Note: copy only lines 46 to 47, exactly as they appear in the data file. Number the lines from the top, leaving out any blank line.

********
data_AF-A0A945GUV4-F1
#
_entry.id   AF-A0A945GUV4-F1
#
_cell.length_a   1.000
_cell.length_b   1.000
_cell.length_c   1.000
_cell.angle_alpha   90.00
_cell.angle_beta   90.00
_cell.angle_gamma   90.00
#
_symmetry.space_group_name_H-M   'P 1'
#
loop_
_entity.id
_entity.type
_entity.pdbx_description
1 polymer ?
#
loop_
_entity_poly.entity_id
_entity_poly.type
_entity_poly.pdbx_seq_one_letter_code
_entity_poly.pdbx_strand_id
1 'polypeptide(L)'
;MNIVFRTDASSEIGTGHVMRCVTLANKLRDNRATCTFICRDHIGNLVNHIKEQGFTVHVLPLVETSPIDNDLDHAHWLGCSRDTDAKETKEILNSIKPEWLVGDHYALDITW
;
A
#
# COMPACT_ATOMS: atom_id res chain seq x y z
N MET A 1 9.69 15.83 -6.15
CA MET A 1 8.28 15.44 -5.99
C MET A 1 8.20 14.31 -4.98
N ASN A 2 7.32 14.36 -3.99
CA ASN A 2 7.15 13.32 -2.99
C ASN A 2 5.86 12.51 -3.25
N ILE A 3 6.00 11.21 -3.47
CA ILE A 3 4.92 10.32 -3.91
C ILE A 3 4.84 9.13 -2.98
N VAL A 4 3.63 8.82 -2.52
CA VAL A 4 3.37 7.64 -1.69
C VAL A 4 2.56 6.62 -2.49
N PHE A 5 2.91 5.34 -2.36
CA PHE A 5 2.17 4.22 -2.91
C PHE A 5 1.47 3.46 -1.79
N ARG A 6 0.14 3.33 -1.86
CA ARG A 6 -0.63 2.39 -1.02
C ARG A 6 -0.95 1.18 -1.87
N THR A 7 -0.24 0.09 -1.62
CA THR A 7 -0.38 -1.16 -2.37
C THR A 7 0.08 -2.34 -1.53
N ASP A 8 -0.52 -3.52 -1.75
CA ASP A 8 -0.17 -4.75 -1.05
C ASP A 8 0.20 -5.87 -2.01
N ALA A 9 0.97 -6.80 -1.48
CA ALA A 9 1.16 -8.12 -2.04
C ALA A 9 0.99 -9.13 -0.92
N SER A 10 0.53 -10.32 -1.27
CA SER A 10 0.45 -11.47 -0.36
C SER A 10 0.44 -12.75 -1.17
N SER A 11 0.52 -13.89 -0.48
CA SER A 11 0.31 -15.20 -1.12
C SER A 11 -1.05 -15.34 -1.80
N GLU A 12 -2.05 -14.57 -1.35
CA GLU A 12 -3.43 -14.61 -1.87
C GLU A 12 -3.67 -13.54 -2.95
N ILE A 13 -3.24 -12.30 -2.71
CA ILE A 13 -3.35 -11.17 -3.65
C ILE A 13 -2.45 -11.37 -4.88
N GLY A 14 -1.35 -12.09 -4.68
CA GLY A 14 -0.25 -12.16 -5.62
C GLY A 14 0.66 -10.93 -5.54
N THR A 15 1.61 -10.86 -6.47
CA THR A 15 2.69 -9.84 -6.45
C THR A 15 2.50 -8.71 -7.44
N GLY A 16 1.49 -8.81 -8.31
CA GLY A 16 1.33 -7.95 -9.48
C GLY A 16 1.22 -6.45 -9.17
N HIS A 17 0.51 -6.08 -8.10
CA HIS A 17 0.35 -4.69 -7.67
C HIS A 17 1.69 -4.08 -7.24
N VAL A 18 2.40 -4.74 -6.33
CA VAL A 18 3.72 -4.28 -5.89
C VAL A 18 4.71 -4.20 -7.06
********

N ARG A 6 0.14 3.33 -1.86
CA ARG A 6 -0.63 2.39 -1.02